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Lance Johnson - U.S. Army

Artillery is indirect fire.  A rifleman points at what he wants to hit, but the big guns fire in an arc, like shooting a basketball.  The coordinates came in over the radio from a forward observer on the ground actually looking at the target.  The fire direction control center used a table of formulas (or sometimes a slide rule) to turn that information into deflection and elevation settings.  Also, depending on the gun, they calculated how many powder bags to place into each round.  Those numbers then went to the gun crews who applied the settings to the artillery piece and fired the round.  The lieutenant’s job was make sure all this happened properly.  There’s a lot at stake when you give an order to fire, and you’d better make sure you’ve done it right.  

We drilled with 105s, 155s, 175s, and 8 inch guns.  As an officer, I showed up for work in the morning and went home in the afternoon.  We’d rented an apartment in Lawton, Joan taught school, we had a  large circle of friends, and we were happy.  

After training, my first regular duty assignment was with a newly formed battalion at Fort Sill equipped with M-107s, the latest, self-propelled 175mm guns.  Originally designed to move around the battlefield and provide a long-range umbrella of protection and destruction, M-107s looked like tanks but were fast and fired a 120-pound projectile thirty-three kilometers. Our unit consisted of three firing batteries, a headquarters battery and a logistics and supply battery.  Each firing battery consisted of four platoons of twenty-five men and one 175mm gun.  I commanded four guns and one hundred men.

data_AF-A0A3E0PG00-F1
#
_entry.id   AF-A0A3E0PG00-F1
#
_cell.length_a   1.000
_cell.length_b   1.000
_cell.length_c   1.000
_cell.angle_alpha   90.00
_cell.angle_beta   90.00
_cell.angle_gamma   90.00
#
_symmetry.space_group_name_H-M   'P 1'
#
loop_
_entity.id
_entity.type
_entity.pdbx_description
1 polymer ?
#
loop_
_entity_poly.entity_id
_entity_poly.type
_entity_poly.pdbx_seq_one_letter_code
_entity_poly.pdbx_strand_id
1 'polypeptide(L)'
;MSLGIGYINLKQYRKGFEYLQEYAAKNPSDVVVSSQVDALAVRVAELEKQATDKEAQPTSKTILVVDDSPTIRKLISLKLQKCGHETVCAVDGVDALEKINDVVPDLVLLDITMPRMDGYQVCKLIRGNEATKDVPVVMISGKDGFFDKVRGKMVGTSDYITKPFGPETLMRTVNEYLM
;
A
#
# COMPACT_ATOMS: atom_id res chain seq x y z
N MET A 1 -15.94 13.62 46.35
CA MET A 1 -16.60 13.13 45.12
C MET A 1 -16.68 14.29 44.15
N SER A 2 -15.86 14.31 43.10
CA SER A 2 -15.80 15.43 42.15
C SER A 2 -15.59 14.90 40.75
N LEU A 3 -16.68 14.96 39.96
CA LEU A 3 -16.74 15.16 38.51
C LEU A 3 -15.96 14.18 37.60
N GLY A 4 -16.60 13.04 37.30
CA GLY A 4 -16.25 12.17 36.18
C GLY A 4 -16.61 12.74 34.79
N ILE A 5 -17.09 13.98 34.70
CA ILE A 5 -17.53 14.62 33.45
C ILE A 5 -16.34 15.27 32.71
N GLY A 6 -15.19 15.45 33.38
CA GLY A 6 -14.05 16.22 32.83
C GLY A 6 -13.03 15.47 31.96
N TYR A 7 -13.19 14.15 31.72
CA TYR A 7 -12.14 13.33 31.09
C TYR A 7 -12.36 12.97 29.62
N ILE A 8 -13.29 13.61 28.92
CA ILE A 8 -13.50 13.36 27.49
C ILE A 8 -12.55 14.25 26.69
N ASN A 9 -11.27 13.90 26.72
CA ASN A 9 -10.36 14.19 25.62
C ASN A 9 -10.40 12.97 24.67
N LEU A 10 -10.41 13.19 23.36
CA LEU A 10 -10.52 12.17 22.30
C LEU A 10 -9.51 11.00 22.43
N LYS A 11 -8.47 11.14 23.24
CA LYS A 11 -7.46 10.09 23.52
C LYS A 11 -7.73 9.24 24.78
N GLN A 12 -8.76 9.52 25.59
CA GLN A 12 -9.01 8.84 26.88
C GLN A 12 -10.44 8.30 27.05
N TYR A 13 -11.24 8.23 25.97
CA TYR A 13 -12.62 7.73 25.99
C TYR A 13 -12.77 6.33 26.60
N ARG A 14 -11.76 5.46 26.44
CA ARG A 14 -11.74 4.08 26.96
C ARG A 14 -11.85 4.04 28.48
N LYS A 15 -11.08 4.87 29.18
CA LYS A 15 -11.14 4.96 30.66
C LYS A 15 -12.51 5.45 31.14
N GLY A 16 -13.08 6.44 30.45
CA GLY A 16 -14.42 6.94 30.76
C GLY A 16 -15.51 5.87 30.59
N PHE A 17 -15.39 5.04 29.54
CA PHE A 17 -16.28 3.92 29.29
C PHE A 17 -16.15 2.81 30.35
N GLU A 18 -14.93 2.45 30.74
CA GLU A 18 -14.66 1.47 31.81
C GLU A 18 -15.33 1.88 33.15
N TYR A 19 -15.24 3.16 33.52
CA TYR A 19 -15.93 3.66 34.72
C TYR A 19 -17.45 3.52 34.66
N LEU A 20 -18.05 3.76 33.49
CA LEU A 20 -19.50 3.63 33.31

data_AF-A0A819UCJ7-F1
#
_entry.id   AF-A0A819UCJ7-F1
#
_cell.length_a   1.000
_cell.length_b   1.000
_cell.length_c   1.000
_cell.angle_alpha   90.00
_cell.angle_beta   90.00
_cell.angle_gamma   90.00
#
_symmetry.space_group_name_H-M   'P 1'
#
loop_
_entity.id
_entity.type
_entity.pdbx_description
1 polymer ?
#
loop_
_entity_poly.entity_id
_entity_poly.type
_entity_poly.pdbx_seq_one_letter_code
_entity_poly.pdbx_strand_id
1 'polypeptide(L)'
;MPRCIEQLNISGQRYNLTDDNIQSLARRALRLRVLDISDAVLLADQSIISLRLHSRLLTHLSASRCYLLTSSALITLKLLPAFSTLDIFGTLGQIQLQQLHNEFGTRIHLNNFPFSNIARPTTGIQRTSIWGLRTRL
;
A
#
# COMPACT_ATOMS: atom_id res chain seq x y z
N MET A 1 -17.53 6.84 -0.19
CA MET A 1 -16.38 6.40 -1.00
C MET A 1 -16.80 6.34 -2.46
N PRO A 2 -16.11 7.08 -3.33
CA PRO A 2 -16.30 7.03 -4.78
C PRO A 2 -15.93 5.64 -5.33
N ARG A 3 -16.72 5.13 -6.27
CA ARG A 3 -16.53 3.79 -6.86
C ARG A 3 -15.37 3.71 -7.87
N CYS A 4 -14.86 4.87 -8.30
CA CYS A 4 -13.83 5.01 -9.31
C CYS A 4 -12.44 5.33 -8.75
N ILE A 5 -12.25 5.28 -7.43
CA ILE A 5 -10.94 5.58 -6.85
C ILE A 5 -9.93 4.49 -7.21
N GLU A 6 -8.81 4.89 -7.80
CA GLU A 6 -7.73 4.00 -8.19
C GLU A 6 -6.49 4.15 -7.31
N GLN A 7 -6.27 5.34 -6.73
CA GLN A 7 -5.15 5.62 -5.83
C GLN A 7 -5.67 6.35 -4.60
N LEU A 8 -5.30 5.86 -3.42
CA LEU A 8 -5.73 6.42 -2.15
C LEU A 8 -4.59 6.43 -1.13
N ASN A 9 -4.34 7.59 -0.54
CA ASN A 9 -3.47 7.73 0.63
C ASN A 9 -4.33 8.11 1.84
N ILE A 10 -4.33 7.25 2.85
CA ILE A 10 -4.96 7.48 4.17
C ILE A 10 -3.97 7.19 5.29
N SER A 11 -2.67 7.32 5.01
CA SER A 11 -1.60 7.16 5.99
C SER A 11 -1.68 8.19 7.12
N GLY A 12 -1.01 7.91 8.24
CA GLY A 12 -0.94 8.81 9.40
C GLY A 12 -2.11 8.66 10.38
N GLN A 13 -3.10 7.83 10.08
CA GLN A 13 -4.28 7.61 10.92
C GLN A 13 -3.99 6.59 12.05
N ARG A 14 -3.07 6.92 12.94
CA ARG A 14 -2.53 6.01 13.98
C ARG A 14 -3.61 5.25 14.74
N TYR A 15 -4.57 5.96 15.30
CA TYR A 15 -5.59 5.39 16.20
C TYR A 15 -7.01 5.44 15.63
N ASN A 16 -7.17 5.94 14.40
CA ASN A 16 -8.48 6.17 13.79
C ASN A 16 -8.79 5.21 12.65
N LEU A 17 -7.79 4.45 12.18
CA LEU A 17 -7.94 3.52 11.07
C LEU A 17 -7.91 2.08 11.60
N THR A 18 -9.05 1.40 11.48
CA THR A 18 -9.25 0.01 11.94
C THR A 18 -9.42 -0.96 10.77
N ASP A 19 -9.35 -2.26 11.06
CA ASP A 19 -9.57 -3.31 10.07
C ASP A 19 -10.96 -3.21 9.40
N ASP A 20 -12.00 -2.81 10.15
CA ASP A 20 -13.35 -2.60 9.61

After several months training, the entire battalion deployed to a huge Army installation in Bamberg, Germany.  Joan and I welcomed this change of scenery, and we quickly started enjoying life in another culture. 

Thirty miles north of Nuremberg, Bamberg had been a troop garrison for a thousand years.  In 1964, its function was to stop a Russian invasion of Germany through Czechoslovakia.  Our daily routine consisted of endless battle simulations and maneuver operations.  Weekends, Joan and I toured the countryside, hung out at the officers club and enjoyed the company of friends.

DusterChange being the only constant in military service, in just over two years, I received orders back to the U.S. to join a newly formed air defense unit at Fort Bliss, Texas.  Nicknamed “Dusters,” our weapons were 1940s era 40mm guns mounted on open tanks.  Originally designed to shoot strafing airplanes in WWII and Korea, the Duster’s new role in Vietnam would be perimeter defense, convoy support and sometimes, if absolutely necessary, direct-fire cannons on the skirmish line.  Highly mobile and with a crew of six, Dusters were equipped with twin 40mm cannons that fired 120 self-detonating rounds per minute to a range of 10,000 meters.  This was a real close-infantry support weapon, and we trained not in conventional, European theater tactics, but for guerilla warfare in jungle terrain, and for the first time, I saw myself eventually assigned to fight in Vietnam.  Our Duster unit was formed, equipped and ready, and then, don’t ask me why, but in its infinite wisdom, the army decommissioned the battalion two months before deployment. 

Joan and I knew I would have to serve a tour in Vietnam before I left the army, so we talked about it and decided then was a good time to get it over with.  I wasn’t getting any younger and didn’t care to put off the inevitable any longer, so we talked the whole thing out, and I requested a transfer.


1. Ordinary
2. Dating the class secretary
3. Artillery training
4. Special Forces Camp
5. Firing at anything that moved
6. You're not going ot believe this
7. Asked to accomplish the impossible
8. Welcomed by war protesters
9. Anger
10. Like a trapped schoolboy
11. Dissociative flashback
12. Still in love